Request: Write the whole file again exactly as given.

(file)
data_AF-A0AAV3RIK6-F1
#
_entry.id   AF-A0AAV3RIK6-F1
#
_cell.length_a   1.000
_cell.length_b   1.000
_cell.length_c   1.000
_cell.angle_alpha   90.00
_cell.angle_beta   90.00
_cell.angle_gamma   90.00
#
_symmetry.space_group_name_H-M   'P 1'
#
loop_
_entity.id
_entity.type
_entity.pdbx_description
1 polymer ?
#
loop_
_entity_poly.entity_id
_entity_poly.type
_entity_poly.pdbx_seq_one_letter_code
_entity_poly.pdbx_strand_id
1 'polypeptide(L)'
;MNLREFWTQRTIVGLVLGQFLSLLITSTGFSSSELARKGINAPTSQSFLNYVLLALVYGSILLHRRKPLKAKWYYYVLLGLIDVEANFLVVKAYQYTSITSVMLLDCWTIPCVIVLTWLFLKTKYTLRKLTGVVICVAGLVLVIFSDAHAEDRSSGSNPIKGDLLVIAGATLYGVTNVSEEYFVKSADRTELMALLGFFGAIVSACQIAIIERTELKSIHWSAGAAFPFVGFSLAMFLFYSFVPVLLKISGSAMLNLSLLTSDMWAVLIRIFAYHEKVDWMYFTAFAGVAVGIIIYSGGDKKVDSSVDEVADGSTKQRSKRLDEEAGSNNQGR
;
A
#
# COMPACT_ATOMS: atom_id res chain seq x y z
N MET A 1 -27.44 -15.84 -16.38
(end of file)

data_AF-A0AAV3RIK6-F1
#
_entry.id   AF-A0AAV3RIK6-F1
#
_cell.length_a   1.000
_cell.length_b   1.000
_cell.length_c   1.000
_cell.angle_alpha   90.00
_cell.angle_beta   90.00
_cell.angle_gamma   90.00
#
_symmetry.space_group_name_H-M   'P 1'
#
loop_
_entity.id
_entity.type
_entity.pdbx_description
1 polymer ?
#
loop_
_entity_poly.entity_id
_entity_poly.type
_entity_poly.pdbx_seq_one_letter_code
_entity_poly.pdbx_strand_id
1 'polypeptide(L)'
;MNLREFWTQRTIVGLVLGQFLSLLITSTGFSSSELARKGINAPTSQSFLNYVLLALVYGSILLHRRKPLKAKWYYYVLLGLIDVEANFLVVKAYQYTSITSVMLLDCWTIPCVIVLTWLFLKTKYTLRKLTGVVICVAGLVLVIFSDAHAEDRSSGSNPIKGDLLVIAGATLYGVTNVSEEYFVKSADRTELMALLGFFGAIVSACQIAIIERTELKSIHWSAGAAFPFVGFSLAMFLFYSFVPVLLKISGSAMLNLSLLTSDMWAVLIRIFAYHEKVDWMYFTAFAGVAVGIIIYSGGDKKVDSSVDEVADGSTKQRSKRLDEEAGSNNQGR
;
A
#
# COMPACT_ATOMS: atom_id res chain seq x y z
N MET A 1 -27.44 -15.84 -16.38